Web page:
Doris Hess, Retired Mission Leader, Dies at Age 84
New York, January 16, 2009--Dr. Doris Hess, 84, a retired United Methodist missionary and long-time mission agency executive, died on January 13 following a long illness.
She had lived at the Brooks-Howell retirement center in Asheville, North Carolina, for six years. She was a native of Hughesville, Pennsylvania, where a memorial service was scheduled for January 24 at Christ United Methodist Church.
Most of her career was devoted to mission education and communications. She was a specialist in literature both for the Women's Division and former World Division of what is now the General Board of Global Ministries. During those years, she was a major figure in ecumenical work devoted to Christian literature and communications.
“Doris was one of the most significant Christian communicators of the 20th century,” said Betty Thompson, a retired communications executive with Global Ministries. “She traveled more than anyone I ever met in the interest of mission, and trained an entire generation of United Methodist communicators around the world. She was interested in technology and its impact on the work of the church.”
Doris Hess began her career as a Women's Division missionary in the Philippines. After nine years, she joined the staff of the Women's Division. In 1964, she became an assistant general secretary of the World Division, retiring from Global Ministries in 1990.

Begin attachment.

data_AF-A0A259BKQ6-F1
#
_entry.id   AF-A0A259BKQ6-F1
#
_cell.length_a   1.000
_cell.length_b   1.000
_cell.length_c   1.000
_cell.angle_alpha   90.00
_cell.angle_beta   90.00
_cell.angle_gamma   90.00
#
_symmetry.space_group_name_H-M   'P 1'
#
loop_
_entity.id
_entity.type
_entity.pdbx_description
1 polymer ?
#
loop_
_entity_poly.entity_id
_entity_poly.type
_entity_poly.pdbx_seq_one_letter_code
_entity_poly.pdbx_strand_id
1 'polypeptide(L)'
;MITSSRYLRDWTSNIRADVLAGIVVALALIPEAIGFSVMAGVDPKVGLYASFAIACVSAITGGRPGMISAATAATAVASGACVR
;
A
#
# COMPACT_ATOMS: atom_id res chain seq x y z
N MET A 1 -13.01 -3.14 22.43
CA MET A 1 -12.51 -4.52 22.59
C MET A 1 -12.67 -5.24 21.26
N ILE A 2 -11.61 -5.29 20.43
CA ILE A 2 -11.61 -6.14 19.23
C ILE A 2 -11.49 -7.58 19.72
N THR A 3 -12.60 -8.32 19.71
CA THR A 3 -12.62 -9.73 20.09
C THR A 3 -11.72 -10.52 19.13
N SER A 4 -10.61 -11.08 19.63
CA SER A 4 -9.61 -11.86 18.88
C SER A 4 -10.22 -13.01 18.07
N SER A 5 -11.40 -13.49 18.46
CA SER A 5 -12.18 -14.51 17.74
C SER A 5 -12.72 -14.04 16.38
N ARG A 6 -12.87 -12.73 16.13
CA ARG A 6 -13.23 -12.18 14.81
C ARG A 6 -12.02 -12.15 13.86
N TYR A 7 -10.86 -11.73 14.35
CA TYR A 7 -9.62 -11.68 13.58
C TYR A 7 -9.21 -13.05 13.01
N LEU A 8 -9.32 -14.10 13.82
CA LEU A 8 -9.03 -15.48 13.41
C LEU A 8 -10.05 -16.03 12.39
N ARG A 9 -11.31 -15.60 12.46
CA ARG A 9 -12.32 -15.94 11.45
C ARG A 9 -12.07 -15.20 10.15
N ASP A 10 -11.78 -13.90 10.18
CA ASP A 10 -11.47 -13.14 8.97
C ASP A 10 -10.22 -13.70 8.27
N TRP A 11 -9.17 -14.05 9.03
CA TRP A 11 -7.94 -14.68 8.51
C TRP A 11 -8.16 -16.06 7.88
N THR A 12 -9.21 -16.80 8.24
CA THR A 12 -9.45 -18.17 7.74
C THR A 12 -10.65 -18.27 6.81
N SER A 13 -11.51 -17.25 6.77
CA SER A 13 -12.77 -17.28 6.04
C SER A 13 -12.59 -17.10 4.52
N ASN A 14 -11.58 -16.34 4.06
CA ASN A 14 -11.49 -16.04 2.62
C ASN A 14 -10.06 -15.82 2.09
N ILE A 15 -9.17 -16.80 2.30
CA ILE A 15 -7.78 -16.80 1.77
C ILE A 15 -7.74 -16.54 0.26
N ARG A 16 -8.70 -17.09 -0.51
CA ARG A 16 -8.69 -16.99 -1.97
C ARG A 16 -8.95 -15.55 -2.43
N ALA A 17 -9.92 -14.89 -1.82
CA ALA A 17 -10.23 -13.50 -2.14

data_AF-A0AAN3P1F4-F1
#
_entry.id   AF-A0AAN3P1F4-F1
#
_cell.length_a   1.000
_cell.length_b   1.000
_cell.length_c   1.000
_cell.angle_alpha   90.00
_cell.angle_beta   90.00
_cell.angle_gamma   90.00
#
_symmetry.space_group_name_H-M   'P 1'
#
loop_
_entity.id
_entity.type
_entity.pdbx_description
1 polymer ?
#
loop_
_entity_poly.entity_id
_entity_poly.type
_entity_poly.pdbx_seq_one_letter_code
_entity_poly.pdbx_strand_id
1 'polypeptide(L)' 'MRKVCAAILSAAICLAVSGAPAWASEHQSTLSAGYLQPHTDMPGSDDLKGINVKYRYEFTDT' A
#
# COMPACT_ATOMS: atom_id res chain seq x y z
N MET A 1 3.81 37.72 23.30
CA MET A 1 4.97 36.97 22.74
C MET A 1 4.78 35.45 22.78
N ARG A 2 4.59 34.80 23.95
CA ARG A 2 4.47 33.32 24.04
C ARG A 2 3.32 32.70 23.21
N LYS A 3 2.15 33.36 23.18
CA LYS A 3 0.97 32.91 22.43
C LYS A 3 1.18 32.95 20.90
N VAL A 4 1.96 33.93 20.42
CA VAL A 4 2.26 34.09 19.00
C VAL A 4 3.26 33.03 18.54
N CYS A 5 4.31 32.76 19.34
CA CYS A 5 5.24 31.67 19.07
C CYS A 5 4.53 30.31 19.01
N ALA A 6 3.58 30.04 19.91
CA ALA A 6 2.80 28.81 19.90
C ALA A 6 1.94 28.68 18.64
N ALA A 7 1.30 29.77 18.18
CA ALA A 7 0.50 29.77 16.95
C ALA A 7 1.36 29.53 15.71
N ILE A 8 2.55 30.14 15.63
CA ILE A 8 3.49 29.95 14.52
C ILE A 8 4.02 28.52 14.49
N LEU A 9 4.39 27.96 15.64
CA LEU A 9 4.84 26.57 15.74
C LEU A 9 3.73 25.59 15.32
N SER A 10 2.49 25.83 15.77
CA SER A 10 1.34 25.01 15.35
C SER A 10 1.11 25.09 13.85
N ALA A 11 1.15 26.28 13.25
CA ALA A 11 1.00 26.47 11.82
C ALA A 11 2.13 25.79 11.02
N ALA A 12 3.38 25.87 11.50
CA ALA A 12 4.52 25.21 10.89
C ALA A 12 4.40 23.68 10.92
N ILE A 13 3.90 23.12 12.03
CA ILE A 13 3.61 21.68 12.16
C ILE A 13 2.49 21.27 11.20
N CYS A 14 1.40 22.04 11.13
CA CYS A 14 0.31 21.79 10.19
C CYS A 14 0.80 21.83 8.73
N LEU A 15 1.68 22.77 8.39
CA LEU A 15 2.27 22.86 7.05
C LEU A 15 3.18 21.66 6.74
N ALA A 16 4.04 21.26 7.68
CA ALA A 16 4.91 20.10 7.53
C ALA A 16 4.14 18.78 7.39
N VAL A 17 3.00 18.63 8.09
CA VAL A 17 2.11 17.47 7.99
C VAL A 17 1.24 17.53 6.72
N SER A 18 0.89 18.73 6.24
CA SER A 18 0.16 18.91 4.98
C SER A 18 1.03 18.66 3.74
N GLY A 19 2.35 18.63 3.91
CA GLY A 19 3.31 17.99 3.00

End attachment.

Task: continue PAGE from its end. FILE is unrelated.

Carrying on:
Dr. Hess, who held MA and PhD degrees from Syracuse University, grew up in Hughesville and did undergraduate work at Syracuse before transferring to Asbury College, from which she was graduated in 1949.
She represented The United Methodist Church on the ecumenical Christian Literature Fund Committee and was active in the World Association of Christian Communicators and the Christian Education Committee of the World Council of Churches.
After retiring from Global Ministries, Dr. Hess did volunteer work in mission in Australia and Great Britain. She did short-term work in Russia as The United Methodist Church organized there following the breakup of the Soviet Union. After returning to the US, she volunteered at the International Language Center in New York, dividing her time between New York City and Hughesville.
Brooks-Howell, the retirement center in Asheville where she lived in recent years, is owned by the Women's Division and open to retirees of the mission agency. Many current residents are former missionaries and deaconesses.
Date posted: Jan 16, 2009